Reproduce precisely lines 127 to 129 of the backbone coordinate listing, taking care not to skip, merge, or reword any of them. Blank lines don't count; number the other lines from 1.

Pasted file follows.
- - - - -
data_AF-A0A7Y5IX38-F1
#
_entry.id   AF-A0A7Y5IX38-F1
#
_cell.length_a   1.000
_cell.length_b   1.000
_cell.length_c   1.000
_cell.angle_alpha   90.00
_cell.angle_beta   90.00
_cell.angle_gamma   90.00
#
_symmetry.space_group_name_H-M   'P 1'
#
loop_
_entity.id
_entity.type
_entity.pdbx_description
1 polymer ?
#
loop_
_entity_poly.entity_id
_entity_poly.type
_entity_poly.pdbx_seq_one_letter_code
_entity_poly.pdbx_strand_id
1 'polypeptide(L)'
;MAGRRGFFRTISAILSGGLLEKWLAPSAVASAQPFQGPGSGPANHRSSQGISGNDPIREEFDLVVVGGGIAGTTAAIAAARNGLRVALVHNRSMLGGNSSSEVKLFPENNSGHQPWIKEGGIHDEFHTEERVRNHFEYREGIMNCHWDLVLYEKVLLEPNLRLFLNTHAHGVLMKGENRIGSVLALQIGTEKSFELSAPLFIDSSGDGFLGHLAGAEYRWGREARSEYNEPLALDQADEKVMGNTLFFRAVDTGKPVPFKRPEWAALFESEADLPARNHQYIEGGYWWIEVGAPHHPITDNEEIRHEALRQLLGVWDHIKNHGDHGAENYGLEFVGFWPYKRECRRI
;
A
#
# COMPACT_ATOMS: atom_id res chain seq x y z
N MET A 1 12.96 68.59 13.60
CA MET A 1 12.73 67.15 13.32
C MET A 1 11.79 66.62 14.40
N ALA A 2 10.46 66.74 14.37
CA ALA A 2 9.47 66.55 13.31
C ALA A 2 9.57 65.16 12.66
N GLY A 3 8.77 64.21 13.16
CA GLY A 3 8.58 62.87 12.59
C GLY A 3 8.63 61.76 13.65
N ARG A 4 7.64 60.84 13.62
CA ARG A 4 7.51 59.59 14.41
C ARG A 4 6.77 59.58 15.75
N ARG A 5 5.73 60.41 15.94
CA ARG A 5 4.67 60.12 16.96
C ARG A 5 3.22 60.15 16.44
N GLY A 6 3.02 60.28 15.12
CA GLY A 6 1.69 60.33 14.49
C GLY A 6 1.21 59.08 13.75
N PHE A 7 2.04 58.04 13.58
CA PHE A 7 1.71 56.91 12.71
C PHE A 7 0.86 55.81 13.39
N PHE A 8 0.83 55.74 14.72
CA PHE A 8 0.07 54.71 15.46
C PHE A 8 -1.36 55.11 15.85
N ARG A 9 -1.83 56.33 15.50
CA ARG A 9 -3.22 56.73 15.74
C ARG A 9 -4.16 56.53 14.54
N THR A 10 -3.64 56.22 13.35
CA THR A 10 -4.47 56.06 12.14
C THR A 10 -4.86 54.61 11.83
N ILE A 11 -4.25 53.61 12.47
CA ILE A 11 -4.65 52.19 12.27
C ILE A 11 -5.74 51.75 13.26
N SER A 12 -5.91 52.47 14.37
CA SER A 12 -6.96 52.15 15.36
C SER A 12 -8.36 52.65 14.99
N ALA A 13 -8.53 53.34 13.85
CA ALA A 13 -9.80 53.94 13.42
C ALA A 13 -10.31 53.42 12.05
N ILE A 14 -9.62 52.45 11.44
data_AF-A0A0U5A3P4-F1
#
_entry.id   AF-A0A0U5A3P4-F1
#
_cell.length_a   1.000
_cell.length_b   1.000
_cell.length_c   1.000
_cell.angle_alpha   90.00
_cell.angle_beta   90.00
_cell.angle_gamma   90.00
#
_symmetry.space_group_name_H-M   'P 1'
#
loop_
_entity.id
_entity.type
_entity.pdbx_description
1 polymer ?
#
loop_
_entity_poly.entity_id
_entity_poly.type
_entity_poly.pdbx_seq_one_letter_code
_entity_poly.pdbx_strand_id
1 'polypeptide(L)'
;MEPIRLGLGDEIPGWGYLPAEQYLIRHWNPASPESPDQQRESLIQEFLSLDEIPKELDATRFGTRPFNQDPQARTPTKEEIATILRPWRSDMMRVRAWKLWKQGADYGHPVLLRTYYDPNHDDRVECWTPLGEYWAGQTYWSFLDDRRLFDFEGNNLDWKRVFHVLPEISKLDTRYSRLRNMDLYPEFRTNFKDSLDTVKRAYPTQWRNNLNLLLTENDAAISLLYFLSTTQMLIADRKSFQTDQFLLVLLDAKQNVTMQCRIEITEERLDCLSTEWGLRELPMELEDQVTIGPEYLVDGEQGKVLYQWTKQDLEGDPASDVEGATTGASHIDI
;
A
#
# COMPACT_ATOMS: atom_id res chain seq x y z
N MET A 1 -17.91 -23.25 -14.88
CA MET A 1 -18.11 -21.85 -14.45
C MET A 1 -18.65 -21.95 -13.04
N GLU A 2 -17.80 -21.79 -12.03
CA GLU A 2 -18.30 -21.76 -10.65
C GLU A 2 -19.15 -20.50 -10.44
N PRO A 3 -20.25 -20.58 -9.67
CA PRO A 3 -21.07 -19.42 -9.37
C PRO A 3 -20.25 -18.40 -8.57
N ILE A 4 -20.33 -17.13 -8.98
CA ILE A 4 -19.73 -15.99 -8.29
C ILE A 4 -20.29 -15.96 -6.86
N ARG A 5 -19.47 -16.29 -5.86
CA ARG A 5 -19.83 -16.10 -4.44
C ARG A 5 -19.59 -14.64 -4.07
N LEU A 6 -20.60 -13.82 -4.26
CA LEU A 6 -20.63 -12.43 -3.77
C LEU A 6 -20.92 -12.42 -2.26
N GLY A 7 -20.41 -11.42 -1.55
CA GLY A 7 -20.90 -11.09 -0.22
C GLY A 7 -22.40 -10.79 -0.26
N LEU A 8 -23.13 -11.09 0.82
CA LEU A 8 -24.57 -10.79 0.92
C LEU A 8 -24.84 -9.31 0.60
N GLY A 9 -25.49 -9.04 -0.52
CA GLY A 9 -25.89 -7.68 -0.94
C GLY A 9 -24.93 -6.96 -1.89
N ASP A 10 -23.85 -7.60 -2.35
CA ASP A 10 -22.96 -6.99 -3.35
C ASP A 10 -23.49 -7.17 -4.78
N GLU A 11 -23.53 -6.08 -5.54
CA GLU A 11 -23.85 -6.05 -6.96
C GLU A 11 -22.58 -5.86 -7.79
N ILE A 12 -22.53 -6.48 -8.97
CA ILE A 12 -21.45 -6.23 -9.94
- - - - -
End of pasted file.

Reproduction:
C GLY A 9 -24.93 -6.96 -1.89
N ASP A 10 -23.85 -7.60 -2.35
CA ASP A 10 -22.96 -6.99 -3.35